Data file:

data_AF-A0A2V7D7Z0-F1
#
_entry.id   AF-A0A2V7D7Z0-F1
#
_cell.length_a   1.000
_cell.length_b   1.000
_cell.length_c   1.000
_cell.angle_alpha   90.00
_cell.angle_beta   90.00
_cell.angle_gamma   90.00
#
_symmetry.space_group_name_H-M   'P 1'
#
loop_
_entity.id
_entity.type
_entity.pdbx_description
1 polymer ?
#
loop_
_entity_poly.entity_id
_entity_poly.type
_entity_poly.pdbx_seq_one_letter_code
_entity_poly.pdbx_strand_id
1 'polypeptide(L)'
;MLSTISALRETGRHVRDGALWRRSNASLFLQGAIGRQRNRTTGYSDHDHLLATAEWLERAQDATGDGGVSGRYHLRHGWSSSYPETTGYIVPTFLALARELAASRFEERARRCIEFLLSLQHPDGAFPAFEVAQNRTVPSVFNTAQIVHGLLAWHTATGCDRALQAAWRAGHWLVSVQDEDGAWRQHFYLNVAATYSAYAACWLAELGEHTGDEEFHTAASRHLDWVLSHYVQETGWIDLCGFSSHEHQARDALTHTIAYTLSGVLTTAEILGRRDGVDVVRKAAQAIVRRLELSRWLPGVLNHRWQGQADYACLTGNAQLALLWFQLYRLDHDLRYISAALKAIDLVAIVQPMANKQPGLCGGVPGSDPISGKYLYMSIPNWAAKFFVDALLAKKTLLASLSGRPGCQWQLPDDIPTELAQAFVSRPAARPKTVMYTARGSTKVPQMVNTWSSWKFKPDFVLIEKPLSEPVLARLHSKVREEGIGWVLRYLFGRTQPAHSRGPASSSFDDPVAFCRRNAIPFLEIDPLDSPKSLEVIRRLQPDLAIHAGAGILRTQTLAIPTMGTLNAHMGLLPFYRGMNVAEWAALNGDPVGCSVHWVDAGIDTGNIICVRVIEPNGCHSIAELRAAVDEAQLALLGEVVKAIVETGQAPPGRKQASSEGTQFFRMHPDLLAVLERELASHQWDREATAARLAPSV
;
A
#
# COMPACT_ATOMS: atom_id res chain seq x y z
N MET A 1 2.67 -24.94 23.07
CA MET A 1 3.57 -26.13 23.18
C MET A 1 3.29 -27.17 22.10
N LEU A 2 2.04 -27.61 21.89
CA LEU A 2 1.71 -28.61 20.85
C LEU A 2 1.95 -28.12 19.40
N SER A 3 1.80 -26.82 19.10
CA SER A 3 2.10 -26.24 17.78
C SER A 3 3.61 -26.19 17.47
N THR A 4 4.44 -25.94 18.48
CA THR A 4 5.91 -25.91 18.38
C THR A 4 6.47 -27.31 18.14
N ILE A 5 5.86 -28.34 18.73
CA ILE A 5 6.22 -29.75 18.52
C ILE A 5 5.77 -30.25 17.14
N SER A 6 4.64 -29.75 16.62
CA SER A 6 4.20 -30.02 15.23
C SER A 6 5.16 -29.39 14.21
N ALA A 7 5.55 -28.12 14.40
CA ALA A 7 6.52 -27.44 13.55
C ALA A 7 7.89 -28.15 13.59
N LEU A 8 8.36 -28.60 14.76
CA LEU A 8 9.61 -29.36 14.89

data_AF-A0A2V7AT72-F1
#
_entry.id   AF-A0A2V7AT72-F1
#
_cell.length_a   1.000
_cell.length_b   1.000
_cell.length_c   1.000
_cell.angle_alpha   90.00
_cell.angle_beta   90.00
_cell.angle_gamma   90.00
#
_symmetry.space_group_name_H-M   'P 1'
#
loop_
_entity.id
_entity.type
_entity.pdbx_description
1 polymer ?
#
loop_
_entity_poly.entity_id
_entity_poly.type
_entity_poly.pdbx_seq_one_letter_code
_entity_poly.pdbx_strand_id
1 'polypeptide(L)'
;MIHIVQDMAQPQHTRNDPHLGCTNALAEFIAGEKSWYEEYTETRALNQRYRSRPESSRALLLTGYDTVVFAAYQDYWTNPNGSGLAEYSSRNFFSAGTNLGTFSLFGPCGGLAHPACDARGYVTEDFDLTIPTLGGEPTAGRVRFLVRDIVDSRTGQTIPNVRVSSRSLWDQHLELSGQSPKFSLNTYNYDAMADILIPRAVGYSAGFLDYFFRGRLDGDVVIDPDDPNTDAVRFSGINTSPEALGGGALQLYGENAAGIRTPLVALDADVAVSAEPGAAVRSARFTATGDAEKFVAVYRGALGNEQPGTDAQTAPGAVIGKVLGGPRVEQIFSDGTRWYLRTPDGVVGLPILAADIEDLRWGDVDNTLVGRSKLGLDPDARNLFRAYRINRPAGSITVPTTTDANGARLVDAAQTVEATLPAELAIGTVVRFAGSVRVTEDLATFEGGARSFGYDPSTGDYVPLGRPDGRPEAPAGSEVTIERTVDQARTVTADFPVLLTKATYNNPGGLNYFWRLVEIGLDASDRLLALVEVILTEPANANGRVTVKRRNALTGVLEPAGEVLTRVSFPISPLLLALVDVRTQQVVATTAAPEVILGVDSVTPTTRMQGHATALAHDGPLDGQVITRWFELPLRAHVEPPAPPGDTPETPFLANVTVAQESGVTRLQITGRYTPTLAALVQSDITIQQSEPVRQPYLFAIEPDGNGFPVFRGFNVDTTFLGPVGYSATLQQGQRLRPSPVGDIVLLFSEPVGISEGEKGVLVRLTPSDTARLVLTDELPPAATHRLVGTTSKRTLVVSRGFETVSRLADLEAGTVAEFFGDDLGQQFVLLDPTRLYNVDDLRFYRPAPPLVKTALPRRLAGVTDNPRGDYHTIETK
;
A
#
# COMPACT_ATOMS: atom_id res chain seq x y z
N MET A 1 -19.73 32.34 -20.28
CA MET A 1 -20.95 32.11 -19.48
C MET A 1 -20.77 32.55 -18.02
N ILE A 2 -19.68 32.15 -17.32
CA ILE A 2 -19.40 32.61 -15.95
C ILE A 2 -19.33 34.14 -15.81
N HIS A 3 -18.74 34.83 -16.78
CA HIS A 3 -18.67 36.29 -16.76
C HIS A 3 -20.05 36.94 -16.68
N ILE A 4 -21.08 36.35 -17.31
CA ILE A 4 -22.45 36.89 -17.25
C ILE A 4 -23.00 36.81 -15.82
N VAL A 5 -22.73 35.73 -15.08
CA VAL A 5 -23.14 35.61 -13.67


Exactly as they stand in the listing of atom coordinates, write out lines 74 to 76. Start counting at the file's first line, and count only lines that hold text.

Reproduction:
_entity_poly.entity_id
_entity_poly.type
_entity_poly.pdbx_seq_one_letter_code